Olympic athletes can inspire in the workplace

9:10 AM, Jul 31, 2012   |    comments
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Dr. TC North is a sports psychologist and business-performance consultant. He has been a personal, not physical coach to more than 30 Olympians and says that people should use the games as a way to get inspired and to copy in their businesses the strength and perseverance the athletes used to get where they are.

He uses Gold-Medalist Missy Franklin as an example.

"Here is this teenage girl who has learned how to manage her energy," North said. "She swam the 200 and qualified, and then had 15 minutes to swim the 100, and she won a Gold Medal, which is absolutely amazing. It's not even her best event. What can we learn from that? She didn't complain about that set-up. Most of us put a lot of energy into blaming, complaining, making excuses in our lives, and she is so not the victim of that schedule."

North offers four tips to help change attitudes in the workplace.
North says to have the courage to fail. He says that many people that achieve great things will take the risk that they may fail at what they do.

Being a 'mindset maniac' is the next step North offers.

 
"[Franklin] had to manage her energy before the race," North said. "She had to think the right thoughts. If you read her quotes, she has thought about this moment so many times, done the imagery to prepare this and what she said, I love: 'swimming is so mental.' So, they mentally prepare before, they have to keep their focus during, and they have to learn from their mistakes and what they were successful after."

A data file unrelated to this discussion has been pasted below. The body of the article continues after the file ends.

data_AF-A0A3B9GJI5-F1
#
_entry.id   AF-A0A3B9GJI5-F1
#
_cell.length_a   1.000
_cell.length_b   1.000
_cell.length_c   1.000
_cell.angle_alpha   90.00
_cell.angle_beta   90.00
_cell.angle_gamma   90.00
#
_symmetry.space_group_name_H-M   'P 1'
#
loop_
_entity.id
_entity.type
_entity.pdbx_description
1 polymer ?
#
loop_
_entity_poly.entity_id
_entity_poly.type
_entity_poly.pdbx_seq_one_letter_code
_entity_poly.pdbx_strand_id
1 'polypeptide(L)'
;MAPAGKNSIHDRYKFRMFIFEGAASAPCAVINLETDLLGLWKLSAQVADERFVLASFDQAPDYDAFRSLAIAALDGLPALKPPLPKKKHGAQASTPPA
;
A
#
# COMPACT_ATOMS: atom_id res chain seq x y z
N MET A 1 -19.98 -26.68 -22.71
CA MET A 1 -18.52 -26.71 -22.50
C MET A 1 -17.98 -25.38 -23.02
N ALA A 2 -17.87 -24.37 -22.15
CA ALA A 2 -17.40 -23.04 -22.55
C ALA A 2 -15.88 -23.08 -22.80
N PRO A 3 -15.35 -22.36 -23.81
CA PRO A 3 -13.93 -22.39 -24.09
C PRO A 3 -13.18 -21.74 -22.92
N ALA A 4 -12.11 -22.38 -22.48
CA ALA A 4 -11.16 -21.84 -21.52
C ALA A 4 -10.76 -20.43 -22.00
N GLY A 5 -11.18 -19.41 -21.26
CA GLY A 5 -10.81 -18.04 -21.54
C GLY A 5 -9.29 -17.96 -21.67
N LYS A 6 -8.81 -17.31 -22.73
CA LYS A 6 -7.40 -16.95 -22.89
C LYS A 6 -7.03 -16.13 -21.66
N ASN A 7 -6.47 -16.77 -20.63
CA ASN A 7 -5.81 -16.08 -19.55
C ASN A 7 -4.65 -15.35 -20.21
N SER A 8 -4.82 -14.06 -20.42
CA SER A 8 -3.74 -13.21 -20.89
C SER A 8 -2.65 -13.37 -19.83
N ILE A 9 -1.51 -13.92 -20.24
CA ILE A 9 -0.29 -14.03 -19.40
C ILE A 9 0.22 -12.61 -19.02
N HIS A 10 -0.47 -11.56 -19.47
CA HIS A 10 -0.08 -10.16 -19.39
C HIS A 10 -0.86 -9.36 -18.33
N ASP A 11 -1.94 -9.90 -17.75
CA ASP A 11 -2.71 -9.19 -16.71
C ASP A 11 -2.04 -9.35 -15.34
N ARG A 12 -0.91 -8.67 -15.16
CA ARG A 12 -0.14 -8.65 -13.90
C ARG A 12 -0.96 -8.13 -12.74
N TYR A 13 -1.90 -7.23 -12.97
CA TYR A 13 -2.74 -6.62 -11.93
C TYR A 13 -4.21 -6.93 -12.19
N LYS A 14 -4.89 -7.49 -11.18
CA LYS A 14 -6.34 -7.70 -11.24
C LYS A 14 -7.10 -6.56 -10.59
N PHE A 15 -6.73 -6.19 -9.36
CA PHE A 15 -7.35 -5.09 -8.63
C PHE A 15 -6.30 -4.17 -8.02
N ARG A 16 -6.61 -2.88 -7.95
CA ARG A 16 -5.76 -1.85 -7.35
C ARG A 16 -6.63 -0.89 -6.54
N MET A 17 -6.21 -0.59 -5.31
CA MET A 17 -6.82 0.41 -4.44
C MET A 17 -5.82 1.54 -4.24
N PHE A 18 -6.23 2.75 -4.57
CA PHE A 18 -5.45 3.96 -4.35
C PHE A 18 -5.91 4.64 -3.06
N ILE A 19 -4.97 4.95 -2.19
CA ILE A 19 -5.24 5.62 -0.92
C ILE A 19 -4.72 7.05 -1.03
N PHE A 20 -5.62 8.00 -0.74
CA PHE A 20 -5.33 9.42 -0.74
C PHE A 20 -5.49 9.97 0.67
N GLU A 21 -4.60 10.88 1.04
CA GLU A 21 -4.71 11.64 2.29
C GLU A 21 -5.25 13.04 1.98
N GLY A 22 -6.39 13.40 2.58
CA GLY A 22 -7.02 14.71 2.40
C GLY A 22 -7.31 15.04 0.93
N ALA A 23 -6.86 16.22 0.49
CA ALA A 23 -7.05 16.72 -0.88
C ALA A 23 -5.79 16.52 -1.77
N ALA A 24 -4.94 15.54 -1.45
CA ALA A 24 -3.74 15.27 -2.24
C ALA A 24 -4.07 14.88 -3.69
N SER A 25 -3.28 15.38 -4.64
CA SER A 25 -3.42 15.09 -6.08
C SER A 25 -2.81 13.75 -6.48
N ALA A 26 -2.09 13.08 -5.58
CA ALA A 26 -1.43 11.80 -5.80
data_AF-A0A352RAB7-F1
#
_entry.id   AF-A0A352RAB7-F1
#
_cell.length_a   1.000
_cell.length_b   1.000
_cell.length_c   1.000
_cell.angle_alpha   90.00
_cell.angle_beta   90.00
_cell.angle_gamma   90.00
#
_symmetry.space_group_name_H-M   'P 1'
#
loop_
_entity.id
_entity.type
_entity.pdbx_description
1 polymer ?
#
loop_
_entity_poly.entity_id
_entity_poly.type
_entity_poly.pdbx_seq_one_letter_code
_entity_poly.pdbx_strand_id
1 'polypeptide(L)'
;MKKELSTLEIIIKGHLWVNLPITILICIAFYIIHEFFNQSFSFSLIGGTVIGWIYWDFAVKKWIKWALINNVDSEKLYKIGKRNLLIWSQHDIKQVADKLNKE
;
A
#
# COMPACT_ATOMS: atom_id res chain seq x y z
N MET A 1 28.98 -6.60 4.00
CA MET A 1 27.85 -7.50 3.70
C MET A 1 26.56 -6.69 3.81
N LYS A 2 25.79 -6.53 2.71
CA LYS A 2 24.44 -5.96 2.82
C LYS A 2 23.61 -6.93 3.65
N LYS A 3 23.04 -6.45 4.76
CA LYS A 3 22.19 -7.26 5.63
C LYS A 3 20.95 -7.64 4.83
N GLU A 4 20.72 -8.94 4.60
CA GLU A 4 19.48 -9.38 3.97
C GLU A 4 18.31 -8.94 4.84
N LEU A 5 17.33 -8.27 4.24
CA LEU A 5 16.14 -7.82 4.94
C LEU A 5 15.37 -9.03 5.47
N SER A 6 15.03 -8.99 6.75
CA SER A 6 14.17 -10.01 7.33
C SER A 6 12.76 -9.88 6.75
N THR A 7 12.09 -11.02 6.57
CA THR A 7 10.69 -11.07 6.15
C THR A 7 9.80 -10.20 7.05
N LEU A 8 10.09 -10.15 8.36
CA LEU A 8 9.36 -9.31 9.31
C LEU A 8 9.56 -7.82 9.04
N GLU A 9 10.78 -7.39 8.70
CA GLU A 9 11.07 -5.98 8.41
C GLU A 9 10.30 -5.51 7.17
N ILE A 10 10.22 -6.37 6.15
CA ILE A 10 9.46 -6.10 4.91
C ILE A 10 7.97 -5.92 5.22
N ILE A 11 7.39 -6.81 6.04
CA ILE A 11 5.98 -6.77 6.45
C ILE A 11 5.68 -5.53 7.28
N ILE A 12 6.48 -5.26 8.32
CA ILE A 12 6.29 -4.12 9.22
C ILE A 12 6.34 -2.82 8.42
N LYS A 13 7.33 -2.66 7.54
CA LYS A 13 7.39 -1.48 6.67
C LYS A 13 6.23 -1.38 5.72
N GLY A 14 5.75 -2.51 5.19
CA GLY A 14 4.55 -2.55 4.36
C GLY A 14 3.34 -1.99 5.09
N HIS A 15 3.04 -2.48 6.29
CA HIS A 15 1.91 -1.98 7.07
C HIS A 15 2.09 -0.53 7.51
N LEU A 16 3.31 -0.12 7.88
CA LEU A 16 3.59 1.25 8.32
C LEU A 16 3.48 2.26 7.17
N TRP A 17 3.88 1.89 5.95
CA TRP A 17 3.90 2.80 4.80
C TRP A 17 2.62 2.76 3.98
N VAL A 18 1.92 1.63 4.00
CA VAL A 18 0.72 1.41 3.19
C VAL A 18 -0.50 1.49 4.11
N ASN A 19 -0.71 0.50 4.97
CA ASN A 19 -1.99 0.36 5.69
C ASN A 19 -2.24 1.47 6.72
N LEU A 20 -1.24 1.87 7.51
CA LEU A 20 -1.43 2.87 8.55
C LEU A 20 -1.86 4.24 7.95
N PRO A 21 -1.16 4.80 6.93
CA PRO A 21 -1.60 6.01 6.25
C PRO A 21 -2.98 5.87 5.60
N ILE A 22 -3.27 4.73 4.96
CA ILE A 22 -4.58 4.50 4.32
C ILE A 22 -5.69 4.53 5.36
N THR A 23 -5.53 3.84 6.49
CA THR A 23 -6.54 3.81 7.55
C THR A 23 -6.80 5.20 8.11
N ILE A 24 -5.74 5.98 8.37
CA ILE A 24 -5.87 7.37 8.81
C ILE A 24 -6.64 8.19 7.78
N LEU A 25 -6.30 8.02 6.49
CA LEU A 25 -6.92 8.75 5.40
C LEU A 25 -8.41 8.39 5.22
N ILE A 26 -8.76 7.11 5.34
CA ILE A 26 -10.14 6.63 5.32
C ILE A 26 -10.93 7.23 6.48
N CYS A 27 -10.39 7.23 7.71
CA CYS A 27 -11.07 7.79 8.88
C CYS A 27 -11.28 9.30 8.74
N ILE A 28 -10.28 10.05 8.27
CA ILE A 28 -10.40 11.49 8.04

North says people need to "own it." Don't blame or complain. People need to take responsibility for both the bad and good things that they do in the workplace. If they want to start blaming bad things on others, they don't have control and can't improve.

The last tip that North offers is to "excel with fire" and be passionate.

"I have not met anybody-business, athletics, dancers, performers-[they need to have] passion for what they do, they would do it no matter what the pay. Most of us work during the day and then go home at night," North said. "What if we took that 15 minutes that Missy Franklin did to switch mindsets. Instead of carrying all our stuff from work, all our stress, all our frustration, maybe our anger and taking it home with us. What if we could do what she did and put it aside, put it behind us and get present again."

(KUSA-TV © 2012 Multimedia Holdings Corporation)

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